“The Untold Tales of Armistead Maupin”, directed by Jennifer M. Kroot, aired on PBS Independent Lens New Years Day, and in parallels yesterday’s film about Joan Didion as another biography of a “real” career writer. Why does the title remind me of Nathaniel Hawthorne, “Tanglewood Tales” (and even “Twice-Told Tales“), and American literature in 11th grade English?
Armistead grew up around Raleigh, North Carolina in the shadow of conservative senator Jesse Helms. He first learned southern plantation values, including saying “ma’am” and “sir” (something I found degrading before my own Army days) and a certain embed of segregationism. He then worked as a journalist in Charleston S.C. But his life changed when he got a job with the Associated Press in San Francisco in 1971 and personally discovered Castro Street. He was born one year later than me, and his “coming out” occurred at about the same time as mine (Chapter 3 of my 1997 “Do Ask, Do Tell” I book).
He soon got an opportunity to write a series about San Francisco, “Tales of the City”, for a Marin County paper. Eventually the series wound up being published by the San Francisco Chronicle. The series would morph into a series of novels, with situations involving both gay and straight characters, sometimes the boundaries of the straight world being breached, perhaps by bisexuality.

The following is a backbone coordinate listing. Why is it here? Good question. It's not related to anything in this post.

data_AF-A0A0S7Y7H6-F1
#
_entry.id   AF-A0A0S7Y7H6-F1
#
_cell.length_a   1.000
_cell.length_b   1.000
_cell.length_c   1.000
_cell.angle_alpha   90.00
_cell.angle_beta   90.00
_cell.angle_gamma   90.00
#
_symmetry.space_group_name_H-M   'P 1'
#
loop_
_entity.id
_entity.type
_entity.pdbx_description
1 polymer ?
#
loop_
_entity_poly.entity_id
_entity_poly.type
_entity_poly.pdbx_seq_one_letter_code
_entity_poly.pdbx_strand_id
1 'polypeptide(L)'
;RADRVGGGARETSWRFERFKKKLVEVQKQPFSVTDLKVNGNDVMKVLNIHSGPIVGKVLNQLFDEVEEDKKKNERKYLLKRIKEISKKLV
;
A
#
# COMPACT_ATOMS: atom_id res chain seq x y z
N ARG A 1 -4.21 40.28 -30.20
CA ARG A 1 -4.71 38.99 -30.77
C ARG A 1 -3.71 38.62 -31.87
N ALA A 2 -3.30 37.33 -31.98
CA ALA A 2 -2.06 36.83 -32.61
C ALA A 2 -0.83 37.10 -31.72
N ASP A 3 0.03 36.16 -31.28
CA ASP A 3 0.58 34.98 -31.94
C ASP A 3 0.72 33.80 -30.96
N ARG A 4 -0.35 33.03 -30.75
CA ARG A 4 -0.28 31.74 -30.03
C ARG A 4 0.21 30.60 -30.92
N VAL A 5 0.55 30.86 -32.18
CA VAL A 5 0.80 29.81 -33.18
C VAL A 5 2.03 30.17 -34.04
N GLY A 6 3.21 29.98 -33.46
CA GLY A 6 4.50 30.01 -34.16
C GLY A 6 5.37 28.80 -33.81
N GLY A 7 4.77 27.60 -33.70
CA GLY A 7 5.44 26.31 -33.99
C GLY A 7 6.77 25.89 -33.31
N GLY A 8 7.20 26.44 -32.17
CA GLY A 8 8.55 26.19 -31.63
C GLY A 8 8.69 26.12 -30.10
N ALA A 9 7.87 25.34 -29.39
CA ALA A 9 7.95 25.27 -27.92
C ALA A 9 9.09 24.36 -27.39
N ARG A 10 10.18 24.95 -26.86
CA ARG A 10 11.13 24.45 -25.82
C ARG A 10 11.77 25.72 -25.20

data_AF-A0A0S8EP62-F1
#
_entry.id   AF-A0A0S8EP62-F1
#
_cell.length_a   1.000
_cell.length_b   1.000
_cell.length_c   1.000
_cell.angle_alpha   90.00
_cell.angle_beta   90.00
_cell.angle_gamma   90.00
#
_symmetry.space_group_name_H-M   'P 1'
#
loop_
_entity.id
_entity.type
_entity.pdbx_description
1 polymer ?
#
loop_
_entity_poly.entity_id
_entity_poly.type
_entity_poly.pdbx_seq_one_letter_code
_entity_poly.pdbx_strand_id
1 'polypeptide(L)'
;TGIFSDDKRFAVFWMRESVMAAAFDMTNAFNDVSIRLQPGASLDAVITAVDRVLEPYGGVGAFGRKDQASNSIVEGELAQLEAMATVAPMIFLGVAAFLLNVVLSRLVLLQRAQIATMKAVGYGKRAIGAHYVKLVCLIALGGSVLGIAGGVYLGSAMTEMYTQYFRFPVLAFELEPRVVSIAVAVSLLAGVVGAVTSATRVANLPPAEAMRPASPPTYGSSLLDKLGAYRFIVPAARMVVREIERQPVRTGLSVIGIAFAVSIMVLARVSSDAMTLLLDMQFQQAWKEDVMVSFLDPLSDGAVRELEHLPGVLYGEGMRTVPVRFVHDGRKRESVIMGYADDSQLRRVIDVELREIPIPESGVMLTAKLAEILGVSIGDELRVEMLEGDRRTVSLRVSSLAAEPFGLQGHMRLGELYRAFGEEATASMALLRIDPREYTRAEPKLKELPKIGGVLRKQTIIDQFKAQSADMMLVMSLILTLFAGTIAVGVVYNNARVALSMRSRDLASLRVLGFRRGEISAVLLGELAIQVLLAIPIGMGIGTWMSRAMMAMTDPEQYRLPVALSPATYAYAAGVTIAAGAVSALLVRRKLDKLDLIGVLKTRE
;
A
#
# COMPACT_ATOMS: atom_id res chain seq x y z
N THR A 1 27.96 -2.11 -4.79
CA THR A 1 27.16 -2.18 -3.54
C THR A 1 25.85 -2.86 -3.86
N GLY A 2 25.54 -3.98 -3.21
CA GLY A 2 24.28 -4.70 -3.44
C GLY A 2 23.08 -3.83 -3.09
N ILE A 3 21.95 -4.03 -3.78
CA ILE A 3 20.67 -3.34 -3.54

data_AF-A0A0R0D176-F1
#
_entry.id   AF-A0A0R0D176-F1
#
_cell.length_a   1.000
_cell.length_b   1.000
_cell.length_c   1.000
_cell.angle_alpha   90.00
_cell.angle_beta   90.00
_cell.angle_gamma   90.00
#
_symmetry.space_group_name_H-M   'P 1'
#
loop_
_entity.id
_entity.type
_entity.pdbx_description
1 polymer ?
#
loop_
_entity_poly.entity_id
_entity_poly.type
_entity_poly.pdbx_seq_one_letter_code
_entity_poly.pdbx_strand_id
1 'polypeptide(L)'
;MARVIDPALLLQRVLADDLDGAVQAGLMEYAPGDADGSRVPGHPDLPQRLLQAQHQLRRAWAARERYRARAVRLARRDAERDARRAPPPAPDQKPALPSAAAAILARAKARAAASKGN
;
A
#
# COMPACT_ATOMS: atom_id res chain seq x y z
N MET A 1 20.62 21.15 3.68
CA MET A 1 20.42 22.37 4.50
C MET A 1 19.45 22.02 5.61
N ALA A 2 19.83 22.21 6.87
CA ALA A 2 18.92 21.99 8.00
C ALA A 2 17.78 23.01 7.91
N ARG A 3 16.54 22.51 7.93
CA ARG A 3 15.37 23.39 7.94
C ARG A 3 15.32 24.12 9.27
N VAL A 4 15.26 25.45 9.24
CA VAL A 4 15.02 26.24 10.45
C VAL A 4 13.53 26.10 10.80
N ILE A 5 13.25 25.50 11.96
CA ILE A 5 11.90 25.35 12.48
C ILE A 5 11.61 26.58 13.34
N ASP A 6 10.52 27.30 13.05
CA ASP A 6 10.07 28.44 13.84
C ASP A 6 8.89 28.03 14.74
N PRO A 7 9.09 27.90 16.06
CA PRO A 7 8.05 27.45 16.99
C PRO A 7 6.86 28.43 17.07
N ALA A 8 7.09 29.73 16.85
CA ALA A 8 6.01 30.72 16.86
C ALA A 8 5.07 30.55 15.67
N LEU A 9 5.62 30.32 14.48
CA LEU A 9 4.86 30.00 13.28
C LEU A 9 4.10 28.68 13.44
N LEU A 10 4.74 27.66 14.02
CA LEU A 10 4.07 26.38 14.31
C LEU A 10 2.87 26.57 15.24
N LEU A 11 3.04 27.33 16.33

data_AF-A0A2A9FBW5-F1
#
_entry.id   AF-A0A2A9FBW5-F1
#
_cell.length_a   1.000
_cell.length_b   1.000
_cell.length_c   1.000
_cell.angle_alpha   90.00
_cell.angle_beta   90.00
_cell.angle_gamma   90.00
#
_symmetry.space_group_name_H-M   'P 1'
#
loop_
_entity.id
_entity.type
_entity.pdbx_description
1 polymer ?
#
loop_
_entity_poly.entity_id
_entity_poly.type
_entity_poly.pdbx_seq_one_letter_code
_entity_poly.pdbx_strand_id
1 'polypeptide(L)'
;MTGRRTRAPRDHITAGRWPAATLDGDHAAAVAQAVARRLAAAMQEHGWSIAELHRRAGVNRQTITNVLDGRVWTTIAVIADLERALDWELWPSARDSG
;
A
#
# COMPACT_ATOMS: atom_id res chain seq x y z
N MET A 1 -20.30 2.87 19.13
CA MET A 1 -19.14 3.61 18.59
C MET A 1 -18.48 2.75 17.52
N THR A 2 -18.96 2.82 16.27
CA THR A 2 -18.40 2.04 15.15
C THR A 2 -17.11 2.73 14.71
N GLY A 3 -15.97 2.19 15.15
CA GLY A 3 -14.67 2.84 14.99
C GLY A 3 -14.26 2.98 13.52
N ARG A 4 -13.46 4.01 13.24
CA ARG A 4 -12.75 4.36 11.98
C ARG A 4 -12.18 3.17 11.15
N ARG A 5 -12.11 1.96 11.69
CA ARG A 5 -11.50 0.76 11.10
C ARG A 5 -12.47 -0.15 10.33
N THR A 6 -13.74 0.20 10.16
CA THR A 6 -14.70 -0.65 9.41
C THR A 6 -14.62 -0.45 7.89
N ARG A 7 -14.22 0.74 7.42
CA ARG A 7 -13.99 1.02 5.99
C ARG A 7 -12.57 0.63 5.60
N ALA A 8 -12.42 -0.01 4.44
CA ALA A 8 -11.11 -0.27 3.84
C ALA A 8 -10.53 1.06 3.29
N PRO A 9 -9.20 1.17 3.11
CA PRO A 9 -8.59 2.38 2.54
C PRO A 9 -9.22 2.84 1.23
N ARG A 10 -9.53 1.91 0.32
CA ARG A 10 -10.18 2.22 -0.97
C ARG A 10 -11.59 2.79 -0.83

Armistead would meet Rock Hudson and eventually out him, when Rock was diagnosed with AIDS in the mid 1980s (and died). Gradually, the idea that some major Hollywood staples are gay would become evident. Armistead would become involved with the gradual inclusion of gay material in mainstream television, and even its funding by PBS, which would enrage social conservatives over “family values”.
Armistead wrote his “Tales” at work on a typewriter. In those days, that is more how writers actually worked (as in the Didion film).
I came to writing a totally different way, as I had an income-producing career in information technology. So I wrote from my own narrative what I thought had to be said. I may have been ego-centric or deluded, but when I was in the Army I thought my 1960 cursive diary “The Proles” (also DADT III Chap 7) was the most important expose in the world, even if it was my own world (of “chicken man”).
Castro district in San Francisco (wiki). My most recent visit: Not since February 2002. Need to get there again. I remember going to a poetry reading at the bookstore (Dog Eared Books) shown in the film.
|Name:||“The Untold Tales of Armistead Maupin”|
|Director, writer:||Jennifer M. Kroot|
|When and how viewed:||PBS 2018/1/1, 10:30 PM|
(Posted: Tuesday, January 2, 2018 at 11:30 AM EST)